Simple examples of |

Let us start with the famous “hello world” example, which
is written as follows in

include "basix/fundamental.mmx"; mmout << "Hello world!" << lf; |

By default, only very few types are available in

The example program can be run in two ways: by compiling it using the
`mmc` and then
running the resulting executable, or by interpreting it using the
`www.texmacs.org`.

Assuming that the above program was saved in a file `hello_world.mmx`,
we may compile and execute the program in a shell session as follows:

Shell] |
mmc hello_world.mmx |

Shell] |
./hello_world |

Hello world!

Shell] |

Alternatively, we may directly run the program in the `mmi`:

Welcome to Mathemagix 1.0.1 |

This software falls under the GNU General Public License |

It comes without any warranty whatsoever |

http://www.mathemagix.org |

(c) 2010-2012 |

Mmx] |
include "hello_world.mmx" |

Hello world!

Mmx] |

When including files with external C++ functionality for the first
time in the interpreter, the interpreter first has to compile some
glue in order to use this functionality. This happens in particular
for the file `basix/fundamental.mmx`. Whenever the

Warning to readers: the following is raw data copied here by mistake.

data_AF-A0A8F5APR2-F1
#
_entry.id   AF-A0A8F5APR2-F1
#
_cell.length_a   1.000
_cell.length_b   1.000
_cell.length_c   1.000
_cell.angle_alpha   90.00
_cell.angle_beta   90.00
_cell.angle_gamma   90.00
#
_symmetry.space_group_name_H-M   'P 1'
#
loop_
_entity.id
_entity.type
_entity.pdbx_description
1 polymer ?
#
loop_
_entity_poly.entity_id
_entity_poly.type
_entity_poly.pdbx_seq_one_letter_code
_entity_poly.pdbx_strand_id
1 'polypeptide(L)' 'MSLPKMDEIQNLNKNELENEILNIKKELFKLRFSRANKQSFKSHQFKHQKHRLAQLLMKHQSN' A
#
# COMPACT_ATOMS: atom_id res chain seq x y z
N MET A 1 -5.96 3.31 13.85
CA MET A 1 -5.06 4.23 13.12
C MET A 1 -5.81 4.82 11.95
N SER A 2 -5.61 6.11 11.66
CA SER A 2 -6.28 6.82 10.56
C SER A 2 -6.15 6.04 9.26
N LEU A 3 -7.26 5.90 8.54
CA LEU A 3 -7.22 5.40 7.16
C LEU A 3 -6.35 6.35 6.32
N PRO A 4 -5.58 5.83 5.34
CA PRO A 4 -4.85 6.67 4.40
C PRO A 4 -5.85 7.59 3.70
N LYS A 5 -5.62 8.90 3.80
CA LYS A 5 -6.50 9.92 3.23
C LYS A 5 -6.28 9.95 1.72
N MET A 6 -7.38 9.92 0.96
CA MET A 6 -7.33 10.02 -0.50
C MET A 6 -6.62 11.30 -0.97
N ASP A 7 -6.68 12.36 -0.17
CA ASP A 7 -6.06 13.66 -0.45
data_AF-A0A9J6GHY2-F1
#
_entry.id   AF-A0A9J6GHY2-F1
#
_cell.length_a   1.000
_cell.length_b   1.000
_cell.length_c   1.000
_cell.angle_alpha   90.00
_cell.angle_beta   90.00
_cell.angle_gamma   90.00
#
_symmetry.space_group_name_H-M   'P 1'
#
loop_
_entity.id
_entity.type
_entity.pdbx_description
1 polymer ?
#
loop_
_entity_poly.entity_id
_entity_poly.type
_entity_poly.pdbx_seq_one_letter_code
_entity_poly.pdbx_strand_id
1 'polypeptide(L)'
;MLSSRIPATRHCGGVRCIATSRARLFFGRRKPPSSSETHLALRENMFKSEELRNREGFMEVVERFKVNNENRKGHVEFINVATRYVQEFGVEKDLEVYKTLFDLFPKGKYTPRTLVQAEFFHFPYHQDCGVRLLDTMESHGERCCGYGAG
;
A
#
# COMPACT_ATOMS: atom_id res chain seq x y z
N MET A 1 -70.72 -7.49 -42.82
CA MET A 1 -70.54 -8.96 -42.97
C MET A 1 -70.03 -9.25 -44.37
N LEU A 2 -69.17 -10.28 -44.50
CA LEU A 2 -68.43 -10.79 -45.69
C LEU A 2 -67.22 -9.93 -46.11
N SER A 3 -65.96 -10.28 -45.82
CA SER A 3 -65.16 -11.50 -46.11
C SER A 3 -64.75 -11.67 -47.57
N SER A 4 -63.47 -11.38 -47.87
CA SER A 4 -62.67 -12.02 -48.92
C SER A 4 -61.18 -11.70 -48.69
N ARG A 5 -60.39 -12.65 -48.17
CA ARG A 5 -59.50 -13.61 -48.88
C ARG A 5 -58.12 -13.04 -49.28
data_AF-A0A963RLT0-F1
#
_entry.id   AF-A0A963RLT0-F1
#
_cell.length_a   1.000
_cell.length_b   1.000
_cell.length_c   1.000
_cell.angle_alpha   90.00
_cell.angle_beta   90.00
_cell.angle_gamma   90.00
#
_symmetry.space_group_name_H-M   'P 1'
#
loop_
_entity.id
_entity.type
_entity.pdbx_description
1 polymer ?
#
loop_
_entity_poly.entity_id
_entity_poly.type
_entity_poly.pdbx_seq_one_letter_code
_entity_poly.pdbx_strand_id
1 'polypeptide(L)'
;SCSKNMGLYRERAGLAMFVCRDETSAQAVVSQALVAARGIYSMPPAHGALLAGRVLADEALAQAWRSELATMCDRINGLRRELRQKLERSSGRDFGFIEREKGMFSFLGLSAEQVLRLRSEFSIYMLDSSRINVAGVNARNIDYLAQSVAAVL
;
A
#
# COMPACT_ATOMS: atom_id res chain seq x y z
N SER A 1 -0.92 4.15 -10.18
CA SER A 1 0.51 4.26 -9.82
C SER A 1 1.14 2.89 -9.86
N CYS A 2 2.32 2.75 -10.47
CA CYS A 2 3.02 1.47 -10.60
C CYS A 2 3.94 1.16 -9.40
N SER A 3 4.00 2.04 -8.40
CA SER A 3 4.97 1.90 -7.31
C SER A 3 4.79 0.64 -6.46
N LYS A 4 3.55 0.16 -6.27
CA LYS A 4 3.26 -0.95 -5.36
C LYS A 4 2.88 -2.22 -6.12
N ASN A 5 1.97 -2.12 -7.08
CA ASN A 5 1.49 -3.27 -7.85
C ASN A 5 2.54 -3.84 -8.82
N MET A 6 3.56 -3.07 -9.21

interpreter is compiling some glue, it displays a message which
disappears as soon as the compilation is complete.

Another classical example is the computation of Fibonacci sequences. A simple implementation using a recursive function goes as follows:

include "basix/fundamental.mmx"; fib (n: Int): Int == if n <= 1 then 1 else fib (n-1) + fib (n-2); |

Notice that the programmer has to specify explicit types for the
arguments and return type of the function. In our example both the
argument and the return value are machine integers of type `Int`.
It is also possible to implement a faster non recursive algorithm
which returns an integer of arbitrary precision:

include "numerix/integer.mmx"; fib (n: Int): Integer == { a: Integer := 1; b: Integer := 1; for k: Int in 2 to n do { c: Integer == a + b; a := b; b := c; } return b; } |

One more involved example is to provide a generic implementation of the merge sort algorithm:

include "basix/fundamental.mmx"; category Ordered == { infix <=: (This, This) -> Boolean; } forall (T: Ordered) merge_sort (v: Vector T): Vector T == { if #v <= 1 then return v; v1: Vector T == merge_sort v [0, #v quo 2]; v2: Vector T == merge_sort v [#v quo 2, #v]; r : Vector T := []; i1: Int := 0; i2: Int := 0; while i1 < #v1 or i2 < #v2 do if i1 < #v1 and (i2 >= #v2 or v1[i1] <= v2[i2]) then { r << [ v1[i1] ]; i1 := i1 + 1; } else { r << [ v2[i2] ]; i2 := i2 + 1; } return r; } |

This routine `merge_sort` can be applied to any vector
whose entries are of a type `T` with an ordering `infix <=: (T, T) -> T`. For instance, the
instructions

mmout << merge_sort ([ 3, 2, 1, 5, 4, 4, 7 ]) << lf; mmout << merge_sort ([ "bob", "alice", "carl" ]) << lf; |

yield the output

[1, 2, 3, 4, 4, 5, 7] ["alice", "bob", "carl"]

© 2012 Joris van der Hoeven

Permission is granted to copy, distribute and/or modify this document
under the terms of the GNU General Public License. If you
don't have this file, write to the Free Software Foundation, Inc., 59
Temple Place - Suite 330, Boston, MA 02111-1307, USA.